Cassiano as one of the major stars of the 1970s Brazilian soul scene, with work that tilts more towards the Earth Wind & Fire/Lionel Richie end of the spectrum. I'm not a big fan, but if you're looking into Brazilian funk and soul, you'll want to give this guy a shot...
Cassiano "Colecao" (Universal/Dubas, 2000)
Thin, somewhat wobbly Brazilian soul ballads. Soft-soul pioneer Cassiano's made three albums in the 1970s, spread out over three different record companies, so it's a pretty neat trick how the Universal-distributed Dubas label was able to collect and reissue the material on a single CD, which draws liberally from all three records. Compiled by modern Braz-soulster Ed Motta, this best-of is a pretty good representation of Cassiano's strengths and weaknesses. I thought this was mostly cheesy material, with rather ricketty arrangements... I'm sure many people find Cassiano's fragile voice to be delicate and emotionally vulnerable, I simply thought it was thin and limited, and close enough to Lionel Richie for the hackles on my neck to bristle up. Historically important , but the material doesn't move me. Would have been cool if they'd included some of his earlier work with the poppier, perkier Os Diagonais, but maybe that's asking too much.
Os Diagonais "Os Diagonais" (CBS-Epic, 1969)
A fun set of Brazilian pop-soul, with a youthful, cheerful vibe. This Rio-based band featured several key players in the burgeoning "Black Rio" soul scene, notably singer-guitarist Hyldon Souza and singer-songwriter Cassiano. In the late '60s, they backed Tim Maia, who was perhaps the most influential of the Brazilian soul singers. This was the band's first full-length album, and it has kind of an Arthur Conley-ish feel... Not quite all-out funky, but close. Personally, I find this a lot more enjoyable than their later work in the 1970s (particularly Cassiano's) where the music got pretty overbaked. Here, it's still all fresh and earnest, and not too serious or syrupy. Definitely worth checking out.
Os Diagonais "Os Diagonais (Cada Um Na Sua)" (RCA, 1971)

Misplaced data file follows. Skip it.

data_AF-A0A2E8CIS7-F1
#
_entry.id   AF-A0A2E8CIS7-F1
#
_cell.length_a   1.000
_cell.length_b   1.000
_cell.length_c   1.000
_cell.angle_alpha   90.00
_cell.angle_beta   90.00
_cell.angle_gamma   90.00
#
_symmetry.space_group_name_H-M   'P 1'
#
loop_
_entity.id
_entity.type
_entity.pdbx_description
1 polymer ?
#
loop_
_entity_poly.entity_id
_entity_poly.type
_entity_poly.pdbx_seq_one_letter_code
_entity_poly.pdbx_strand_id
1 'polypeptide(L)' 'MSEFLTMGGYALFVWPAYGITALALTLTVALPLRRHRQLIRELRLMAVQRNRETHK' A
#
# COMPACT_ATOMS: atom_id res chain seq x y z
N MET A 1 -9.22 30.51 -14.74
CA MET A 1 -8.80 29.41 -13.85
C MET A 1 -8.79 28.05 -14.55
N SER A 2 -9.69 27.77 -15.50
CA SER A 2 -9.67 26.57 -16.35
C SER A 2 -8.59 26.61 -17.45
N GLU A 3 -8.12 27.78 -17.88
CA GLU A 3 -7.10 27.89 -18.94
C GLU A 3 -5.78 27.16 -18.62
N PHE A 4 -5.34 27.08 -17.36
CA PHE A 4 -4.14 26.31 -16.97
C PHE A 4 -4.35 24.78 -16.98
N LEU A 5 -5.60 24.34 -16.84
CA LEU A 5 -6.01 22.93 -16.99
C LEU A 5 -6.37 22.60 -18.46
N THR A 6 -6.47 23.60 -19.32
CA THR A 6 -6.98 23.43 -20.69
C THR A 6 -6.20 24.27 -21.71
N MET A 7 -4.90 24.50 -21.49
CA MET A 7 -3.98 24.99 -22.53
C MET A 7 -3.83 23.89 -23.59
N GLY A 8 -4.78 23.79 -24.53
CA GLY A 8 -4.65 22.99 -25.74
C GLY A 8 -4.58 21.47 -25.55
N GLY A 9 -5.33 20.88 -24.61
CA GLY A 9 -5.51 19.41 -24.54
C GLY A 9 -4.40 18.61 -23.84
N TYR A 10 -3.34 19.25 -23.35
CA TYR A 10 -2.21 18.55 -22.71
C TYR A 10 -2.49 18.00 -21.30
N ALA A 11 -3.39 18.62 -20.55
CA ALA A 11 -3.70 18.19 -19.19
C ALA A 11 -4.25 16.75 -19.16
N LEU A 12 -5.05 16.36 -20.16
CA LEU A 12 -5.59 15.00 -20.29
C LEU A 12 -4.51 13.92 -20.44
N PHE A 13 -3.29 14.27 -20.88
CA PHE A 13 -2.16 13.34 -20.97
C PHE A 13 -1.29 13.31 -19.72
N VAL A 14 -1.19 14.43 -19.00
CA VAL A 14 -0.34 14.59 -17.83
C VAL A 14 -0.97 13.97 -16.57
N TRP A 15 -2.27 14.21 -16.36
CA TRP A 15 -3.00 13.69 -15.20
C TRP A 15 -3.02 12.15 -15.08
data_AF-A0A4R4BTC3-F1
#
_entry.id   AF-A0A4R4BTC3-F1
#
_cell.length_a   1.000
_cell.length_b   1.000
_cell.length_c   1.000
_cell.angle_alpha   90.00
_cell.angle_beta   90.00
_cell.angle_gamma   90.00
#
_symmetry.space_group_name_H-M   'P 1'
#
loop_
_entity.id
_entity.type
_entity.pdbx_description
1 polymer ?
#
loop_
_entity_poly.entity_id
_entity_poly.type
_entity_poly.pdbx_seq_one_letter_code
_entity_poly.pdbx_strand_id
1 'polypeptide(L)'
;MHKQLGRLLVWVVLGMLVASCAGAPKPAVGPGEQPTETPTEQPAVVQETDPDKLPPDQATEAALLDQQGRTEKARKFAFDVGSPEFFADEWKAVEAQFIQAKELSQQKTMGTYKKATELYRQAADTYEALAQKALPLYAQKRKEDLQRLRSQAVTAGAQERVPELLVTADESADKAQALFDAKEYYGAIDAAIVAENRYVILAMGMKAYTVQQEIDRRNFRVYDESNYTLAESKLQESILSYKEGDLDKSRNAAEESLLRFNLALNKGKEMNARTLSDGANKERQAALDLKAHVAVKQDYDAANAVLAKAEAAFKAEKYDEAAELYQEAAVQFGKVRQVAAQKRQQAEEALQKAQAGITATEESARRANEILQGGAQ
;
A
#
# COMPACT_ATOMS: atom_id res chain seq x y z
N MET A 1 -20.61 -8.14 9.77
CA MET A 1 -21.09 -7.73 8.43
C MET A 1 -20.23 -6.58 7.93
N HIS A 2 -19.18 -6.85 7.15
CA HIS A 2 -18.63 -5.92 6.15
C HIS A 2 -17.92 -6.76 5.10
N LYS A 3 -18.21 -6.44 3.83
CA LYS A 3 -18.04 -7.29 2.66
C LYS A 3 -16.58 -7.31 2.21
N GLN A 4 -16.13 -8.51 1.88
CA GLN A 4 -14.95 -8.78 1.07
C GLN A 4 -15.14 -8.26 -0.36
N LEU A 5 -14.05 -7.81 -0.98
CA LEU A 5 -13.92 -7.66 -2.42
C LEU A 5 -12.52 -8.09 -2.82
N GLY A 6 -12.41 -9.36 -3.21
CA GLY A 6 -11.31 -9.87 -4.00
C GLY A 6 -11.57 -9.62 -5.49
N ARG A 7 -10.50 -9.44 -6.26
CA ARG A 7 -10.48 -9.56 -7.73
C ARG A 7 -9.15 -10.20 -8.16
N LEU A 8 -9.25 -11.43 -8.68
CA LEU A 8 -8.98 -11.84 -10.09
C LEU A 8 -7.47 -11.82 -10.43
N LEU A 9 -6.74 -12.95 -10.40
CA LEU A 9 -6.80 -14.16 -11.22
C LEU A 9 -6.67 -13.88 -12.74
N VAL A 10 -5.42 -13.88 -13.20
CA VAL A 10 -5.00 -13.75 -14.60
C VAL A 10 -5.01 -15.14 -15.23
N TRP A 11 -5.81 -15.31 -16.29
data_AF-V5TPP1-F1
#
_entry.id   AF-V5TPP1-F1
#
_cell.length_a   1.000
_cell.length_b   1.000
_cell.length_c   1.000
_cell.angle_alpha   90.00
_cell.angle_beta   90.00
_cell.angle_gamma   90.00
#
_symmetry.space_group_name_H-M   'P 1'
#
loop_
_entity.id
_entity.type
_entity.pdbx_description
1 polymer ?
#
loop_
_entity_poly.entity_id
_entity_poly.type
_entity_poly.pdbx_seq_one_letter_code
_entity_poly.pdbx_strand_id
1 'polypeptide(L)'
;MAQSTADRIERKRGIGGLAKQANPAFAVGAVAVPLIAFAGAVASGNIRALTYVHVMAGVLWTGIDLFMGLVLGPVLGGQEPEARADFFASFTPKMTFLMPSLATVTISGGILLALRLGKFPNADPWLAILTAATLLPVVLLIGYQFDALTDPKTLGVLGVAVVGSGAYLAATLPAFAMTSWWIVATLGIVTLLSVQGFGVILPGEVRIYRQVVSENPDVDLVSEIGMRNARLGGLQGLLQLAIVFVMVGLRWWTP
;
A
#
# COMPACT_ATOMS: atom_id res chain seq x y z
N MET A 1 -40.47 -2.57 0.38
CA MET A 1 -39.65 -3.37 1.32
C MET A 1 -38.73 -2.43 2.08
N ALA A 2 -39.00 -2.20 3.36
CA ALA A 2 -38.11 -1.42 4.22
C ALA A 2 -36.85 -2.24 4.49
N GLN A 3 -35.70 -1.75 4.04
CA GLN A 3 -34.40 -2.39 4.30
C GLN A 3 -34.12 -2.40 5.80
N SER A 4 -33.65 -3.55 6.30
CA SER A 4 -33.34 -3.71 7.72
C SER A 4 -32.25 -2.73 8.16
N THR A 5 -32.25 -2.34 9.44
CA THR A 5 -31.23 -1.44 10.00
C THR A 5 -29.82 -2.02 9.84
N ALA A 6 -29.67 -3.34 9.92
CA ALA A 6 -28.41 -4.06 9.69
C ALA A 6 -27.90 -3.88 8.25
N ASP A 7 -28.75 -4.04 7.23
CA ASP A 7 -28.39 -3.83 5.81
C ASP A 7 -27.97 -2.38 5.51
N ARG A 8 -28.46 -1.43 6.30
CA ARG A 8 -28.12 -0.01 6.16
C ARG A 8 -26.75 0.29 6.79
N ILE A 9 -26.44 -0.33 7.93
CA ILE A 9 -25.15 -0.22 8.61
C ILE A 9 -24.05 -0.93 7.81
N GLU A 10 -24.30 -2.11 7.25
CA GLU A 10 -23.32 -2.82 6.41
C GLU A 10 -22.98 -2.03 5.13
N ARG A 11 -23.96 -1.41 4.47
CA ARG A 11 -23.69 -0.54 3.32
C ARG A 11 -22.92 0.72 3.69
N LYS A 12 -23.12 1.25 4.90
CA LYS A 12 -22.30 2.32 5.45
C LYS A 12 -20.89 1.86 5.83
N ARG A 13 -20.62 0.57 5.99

The album opens with some overly-bright, perky sunshine-pop, straight out of the Southern California/LA playbook; Philly-style soul and a bit of harder funk come into play later. I can't say I actually liked this record that much -- most of the songs seem a bit shrill and hyperactive -- but serious students of Brazilian funk and soul will definitely want to check it out. Several of the songs on this disc were written by Cassiano, who seems to have been the dominant performer in the band.
Cassiano "Imagem E Som" (RCA Victor, 1971)
Brazil's soul equivalent of Os Mutantes' mimickry of American and British psychedelic rock. Of the Cassiano stuff I've heard, this album seems to have the strongest material... The style echoes the Jackson Five's pop-soul bounciness, with a dash of Philly goopiness thrown in for good measure. Musically, the album falters around his weak vocals, although it's still pretty interesting... particularly in the solid, professional arrangements. Worth checking out.
Cassiano "Apresentamos Nosso Cassiano" (Odeon, 1973)
Cassiano "Cuban Soul - 18 Kilates" (Polydor, 1976)
Settling firmly into the lavish, over-the-top orchestral-pop sound of the Philly Soul scene, Cassiano's vocals are more restrained and more palatable on this album, which may be his finest effort overall. This includes "Hoje E Natal," the song chosen as the title track of a Brazilian soul collection curated by Arto Lindsay. It's one of many songs co-written with Paulo Zdanowski, who co-wrote all the material on this album. I'm not personally into this super-sugary style -- whether it's sung in English or Portuguese -- but I could easily see how fans of classic soul might want to hear this Brazilian version of the old-school sound.
Cassiano "Cedo Ou Tarde" (Sony, 2002)
Pretty slick, sappy, modern-sounding stuff... Kinda like Lionel Ritchie, rather than Prince or Bootsy. Not my cup of tea.
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